Meewella | Fragments

The Life of P

Memory

When you don’t tell anyone a memory, it gradually fades over time, becoming vague and indistinct before perhaps disappearing altogether. When you tell other people, it’s littered with your perspective, the dozen tiny embellishments added by design or accident. But over time, eventually the story becomes the memory, however little similarity the two actually share. The story is all that remains so the story is, for all intents and purposes, true. Then it has become history.

Manel sparklesVideo is vastly inferior in its perspective but at least with the advent of digital recording it remains as sharp and vivid as the day it was made, kind of a way to store people until you see them again. The way you want to remember them. So I have some great videos of Karleigh, including a video of Karleigh watching a video of Karleigh. It was a very interactive experience as the bright girl loves to see herself on screen and quickly learned how to use my laptop to make the videos play, preceded each time by a squeaked “uh oh” when it stopped.

Karleigh's 'hoodidie'Jenna, Jeff and Karleigh left yesterday. We’ll be leaving early tomorrow and winging our way back to a rather colder England (it’s been an incredibly mild winter here, reaching 23°C yesterday). It’s been a really good trip, albeit somewhat less productive than I might have liked. There’s still some time before uni starts, but don’t be offended if I seem to be buried in books and ignoring you! Hopefully being home will mean less sporadic updates here and a few film reviews that I’ve wanted to write, especially Spielberg’s Munich since I was able to see it well in advance of the UK release and hope to convince you to experience it too.

1 Comment

  1. [pretentiousness]’A recently discovered letter by the French physiologist, Pierre Flourens, who once enjoyed the bittersweet fame of having been elected to the French Academy in competition with Victor Hugo, contains the following striking passage: “I still cannot decide to agree to the use of chloroform in general surgical practice. As you probably know, I have devoted extensive study to this substance and was one of the first to describe its specific properties on the basis of experiments with animals. My scruples are founded on the simple fact that operations with chloroform, and presumably also with the other known forms of narcosis, have an illusory success. These substances act solely on certain motor and coordination centres and on the residual capability of the nervous substances. Under the influence of chloroform, the nervous substance loses a considerable part of its ability to absorb traces of impressions, but it does not lose the power of sensation as such. On the contrary, my observations suggest that in conjunction with the general innervation paralysis, pain is experienced even more strongly than in the normal condition. The public is misled by the fact that after an operation the patient is unable to remember what he has undergone. If we told our patients the truth, it is probable that not one of them would wish to have an operation per formed under chloroform, whereas they all insist on its use now because we shroud the truth in silence.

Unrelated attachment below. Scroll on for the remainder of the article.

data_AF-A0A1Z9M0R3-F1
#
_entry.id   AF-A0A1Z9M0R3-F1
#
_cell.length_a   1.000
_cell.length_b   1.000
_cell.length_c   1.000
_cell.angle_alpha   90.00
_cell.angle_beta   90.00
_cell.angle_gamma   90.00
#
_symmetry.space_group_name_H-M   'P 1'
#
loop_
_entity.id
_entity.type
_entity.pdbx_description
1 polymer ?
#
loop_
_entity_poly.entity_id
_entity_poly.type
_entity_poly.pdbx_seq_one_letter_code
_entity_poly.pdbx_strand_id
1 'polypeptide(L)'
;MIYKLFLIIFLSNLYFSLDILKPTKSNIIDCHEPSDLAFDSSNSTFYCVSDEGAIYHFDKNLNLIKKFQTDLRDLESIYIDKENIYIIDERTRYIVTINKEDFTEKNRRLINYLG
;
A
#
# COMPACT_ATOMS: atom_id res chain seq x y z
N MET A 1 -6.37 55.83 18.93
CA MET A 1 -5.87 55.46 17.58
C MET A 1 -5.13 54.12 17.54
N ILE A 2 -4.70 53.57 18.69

“But quite apart from the fact that the only questionable gain is a loss of memory lasting for the duration of surgery, I consider that the extended use of this substance entails another serious risk. With the increasing superficiality of the general academic training of our doctors, the unlimited use of chloroform may encourage surgeons to carry out increasingly complex and difficult operations. Instead of using these methods on animals in the interests of research, our own patients will then become the unsuspecting guinea pigs. It is possible that the painful stimuli which because of their specific nature may well exceed all known sensations of this kind, may lead to permanent mental damage in the patient or even to an indescribably ably painful death under narcosis; and the exact features of this death will be hidden for ever from the relatives of the patient and the world at large. Would this not be too high a price to pay for progress?”

    If Flourens had been right here, the dark paths of the divine world order would have been justified for once. The animal would have been avenged through the suffering of his executioners: every operation would have been a vivisection. The suspicion would then arise that our relationship with men and creation in general was like our relationship with ourselves after an operation – oblivion for suffering. For cognition the gap between usand others was the same as the time between our own present and past suffering; an insurmountable barrier. But perennial domination over nature, medical and non-medical techniques, are made possible only by the process of oblivion. The loss of memory is a transcendental condition for science. All objectification is a forgetting.’

    Theodor Adorno, Dialetic of Enlightenment[/pretentiousness]

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